May 28, 2013

Hemlock Blanket

Once upon a time, on an average February 28th afternoon, I was procrastinating on my homework. Unoriginally, I selected my computer to be my medium of distraction. After deciding that there was nothing interesting on both YouTube and Facebook, and that I still didn't want to take APUSH notes, I found myself on Ravelry. Ravelry.com (like unraveling a project that went dreadfully wrong)  is a site where avid knitters and crocheters can post and use patterns, organize their yarn, projects, and needles, and do other crafty-oriented things. As a cheap student, I mainly mooch off the free patterns other members take the trouble to design and post.

So I was surfing around for an enticing pattern (with no intention to actually beginning another project), when I stumbled upon Brooklyn Tweed's Hemlock Blanket. The blanket was based off of an old doily pattern and enlarged to become blanket-sized. After downloading the pattern, it looked too simple to be true. Contrary to what many of you think, I am actually still a novice knitter, having never pursued any truly advanced project, so I was trying to see what I was capable of. 

So, I got out my needles closest to the recommendation, picked out some low-quality bulky (and very old) yarn to experiment with, and continued on my little adventure. 

This is definitely the most technically challenging project I have ever tried, but I had very few struggles with it. I completed the flower part the first night, finally did my APUSH notes up to the wee hours of the morning, and the next afternoon, I finished what can be seen. The fish lace part continues on for about four times longer than I did it, but I had run out of yarn. I even had to rip out another older project to do the finishing cast-off crochet stitch (it was worth it).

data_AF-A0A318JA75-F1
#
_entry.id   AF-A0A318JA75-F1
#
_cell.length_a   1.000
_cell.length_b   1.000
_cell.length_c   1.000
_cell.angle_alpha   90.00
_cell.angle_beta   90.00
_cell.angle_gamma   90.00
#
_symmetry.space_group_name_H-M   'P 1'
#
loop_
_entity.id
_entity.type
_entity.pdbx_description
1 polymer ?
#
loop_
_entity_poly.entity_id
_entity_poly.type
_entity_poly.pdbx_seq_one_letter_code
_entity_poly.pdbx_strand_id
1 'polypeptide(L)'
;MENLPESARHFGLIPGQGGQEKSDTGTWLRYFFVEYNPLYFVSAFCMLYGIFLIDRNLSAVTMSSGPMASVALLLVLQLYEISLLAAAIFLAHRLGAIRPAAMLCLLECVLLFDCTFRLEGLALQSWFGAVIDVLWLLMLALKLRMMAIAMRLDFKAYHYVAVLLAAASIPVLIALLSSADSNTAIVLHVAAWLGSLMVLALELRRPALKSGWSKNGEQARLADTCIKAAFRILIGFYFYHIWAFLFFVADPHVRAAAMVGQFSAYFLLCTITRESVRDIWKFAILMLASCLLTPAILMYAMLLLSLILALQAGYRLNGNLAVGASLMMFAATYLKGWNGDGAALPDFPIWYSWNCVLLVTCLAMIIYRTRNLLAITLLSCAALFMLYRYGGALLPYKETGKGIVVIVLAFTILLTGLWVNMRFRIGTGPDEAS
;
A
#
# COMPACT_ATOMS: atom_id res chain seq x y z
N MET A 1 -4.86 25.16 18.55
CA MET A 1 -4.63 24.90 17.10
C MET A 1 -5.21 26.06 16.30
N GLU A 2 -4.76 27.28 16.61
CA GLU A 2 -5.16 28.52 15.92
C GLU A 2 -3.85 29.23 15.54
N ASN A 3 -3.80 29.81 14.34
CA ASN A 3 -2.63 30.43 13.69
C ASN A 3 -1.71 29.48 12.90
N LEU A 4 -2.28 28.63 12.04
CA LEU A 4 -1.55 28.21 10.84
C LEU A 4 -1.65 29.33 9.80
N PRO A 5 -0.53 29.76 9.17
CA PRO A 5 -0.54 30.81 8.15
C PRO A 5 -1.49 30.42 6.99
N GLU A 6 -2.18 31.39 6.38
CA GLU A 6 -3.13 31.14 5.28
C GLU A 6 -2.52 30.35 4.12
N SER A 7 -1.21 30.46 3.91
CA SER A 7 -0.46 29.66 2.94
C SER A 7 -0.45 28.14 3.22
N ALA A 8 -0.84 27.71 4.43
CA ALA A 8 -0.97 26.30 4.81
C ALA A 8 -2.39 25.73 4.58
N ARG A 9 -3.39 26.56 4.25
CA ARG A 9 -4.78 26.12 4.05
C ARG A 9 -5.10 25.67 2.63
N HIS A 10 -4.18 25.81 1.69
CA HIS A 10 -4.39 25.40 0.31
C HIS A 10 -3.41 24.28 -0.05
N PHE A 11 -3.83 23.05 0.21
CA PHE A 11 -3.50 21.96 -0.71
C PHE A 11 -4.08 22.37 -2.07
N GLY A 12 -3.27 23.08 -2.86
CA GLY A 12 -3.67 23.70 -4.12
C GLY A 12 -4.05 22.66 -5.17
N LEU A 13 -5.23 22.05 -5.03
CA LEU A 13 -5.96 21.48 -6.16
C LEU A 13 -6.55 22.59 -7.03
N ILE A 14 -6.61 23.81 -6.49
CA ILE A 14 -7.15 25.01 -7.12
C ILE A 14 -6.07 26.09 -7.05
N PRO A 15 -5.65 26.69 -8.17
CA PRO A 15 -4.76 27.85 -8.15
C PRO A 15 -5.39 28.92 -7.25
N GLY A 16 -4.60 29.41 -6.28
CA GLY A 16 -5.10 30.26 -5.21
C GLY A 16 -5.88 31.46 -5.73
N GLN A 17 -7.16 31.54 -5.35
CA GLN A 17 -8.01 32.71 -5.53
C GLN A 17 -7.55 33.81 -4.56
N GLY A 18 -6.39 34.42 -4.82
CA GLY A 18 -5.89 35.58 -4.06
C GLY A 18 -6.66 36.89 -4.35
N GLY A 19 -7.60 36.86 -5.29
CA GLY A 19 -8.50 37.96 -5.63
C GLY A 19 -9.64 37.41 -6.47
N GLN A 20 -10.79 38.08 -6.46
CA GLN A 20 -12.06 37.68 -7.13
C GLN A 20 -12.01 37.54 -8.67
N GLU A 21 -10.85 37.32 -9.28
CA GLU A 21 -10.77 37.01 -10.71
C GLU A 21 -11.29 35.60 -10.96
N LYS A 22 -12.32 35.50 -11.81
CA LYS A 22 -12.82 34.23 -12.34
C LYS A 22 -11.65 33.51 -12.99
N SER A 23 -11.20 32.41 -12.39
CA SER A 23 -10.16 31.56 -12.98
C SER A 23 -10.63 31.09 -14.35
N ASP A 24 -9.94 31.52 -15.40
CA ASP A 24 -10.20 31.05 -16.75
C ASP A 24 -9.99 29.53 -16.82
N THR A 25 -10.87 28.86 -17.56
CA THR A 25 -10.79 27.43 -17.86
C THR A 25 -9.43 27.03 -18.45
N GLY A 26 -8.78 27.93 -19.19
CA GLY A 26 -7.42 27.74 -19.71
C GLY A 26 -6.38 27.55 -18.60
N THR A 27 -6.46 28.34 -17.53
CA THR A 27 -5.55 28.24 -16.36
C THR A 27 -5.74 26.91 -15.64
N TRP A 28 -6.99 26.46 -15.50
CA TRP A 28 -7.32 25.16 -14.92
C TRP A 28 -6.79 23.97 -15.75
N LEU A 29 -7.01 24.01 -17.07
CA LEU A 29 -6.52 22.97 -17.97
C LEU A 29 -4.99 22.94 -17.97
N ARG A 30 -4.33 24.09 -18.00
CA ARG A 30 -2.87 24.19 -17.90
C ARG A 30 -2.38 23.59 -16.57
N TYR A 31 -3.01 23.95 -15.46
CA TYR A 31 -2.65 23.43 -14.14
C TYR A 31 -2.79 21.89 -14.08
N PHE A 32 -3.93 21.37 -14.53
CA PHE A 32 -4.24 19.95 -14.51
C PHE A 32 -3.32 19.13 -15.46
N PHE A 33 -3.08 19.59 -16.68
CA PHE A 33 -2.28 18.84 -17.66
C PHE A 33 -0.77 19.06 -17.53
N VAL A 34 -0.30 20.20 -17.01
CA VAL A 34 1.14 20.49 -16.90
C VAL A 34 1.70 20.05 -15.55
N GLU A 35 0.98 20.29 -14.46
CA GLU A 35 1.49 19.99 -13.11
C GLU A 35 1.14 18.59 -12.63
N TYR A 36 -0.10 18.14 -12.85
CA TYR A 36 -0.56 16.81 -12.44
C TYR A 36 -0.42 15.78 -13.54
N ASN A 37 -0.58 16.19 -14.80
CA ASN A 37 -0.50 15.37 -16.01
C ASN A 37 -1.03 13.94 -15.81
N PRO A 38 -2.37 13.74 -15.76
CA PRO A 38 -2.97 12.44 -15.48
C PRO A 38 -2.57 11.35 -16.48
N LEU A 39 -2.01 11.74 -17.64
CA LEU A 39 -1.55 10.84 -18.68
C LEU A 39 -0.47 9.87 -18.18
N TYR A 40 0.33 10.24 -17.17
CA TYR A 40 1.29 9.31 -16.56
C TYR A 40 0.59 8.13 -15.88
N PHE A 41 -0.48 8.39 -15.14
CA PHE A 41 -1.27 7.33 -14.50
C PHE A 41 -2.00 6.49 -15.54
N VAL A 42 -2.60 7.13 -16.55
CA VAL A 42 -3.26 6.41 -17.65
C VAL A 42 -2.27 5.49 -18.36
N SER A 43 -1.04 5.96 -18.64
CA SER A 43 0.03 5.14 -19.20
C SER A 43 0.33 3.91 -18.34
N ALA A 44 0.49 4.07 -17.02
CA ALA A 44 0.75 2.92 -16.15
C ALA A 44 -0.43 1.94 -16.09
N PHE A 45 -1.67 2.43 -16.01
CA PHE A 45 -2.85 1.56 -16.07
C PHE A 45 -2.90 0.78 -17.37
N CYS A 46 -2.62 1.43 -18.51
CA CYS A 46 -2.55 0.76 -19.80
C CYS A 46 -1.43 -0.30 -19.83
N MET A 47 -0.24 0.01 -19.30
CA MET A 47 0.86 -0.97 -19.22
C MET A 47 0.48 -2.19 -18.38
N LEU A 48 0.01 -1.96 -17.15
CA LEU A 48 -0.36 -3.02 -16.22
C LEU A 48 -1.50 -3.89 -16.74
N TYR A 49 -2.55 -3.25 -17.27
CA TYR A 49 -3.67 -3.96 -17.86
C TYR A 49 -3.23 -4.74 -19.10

One does not simply knit the piece and is then done with the project. Similar to how a completed painting must have a protective coating applied and be matted, knitting projects, especially lacy ones, must be blocked. Blocking, a process I tend to ignore and then regret for skipping, is basically the process of forming the piece into the final desired shape. Simply soak the piece in cool water, dry it systematically with a towel, and pin it to dry in the final desired shape until it dries completely (at least twenty-four hours). This was the first project I had ever blocked, and it was incredibly simple and made a big impact. I have learned from experience that skipping this step is a big no-no.

The final size for this "blanket" is about 36 inches in diameter. It would be a good nightstand tablecloth or table centerpiece, but right now it's just collecting dust in my fabric box. Don't ask me what it's doing in there, but like all of my spontaneous projects, its impact on my life and society as a whole is enormous.

After completing all the knitting in less than twenty-four hours, which is tens of thousands of stitches, I realized my hands do have a knitting limit, as they were sore and achy for the next week. This phenomenon will be considered next time I am in a similar situation, and I will probably overestimate my toughness, as always.

Sometimes life tends to win. While thingymajiggers like this are great, APUSH notes are more important in the great scheme of things. I guess.
Hemlock Blanket, completed March 2, 2013
Yarn is actually much more of a green teal than image indicates.


Until next month,
Happy Crafting!
--Elizabeth

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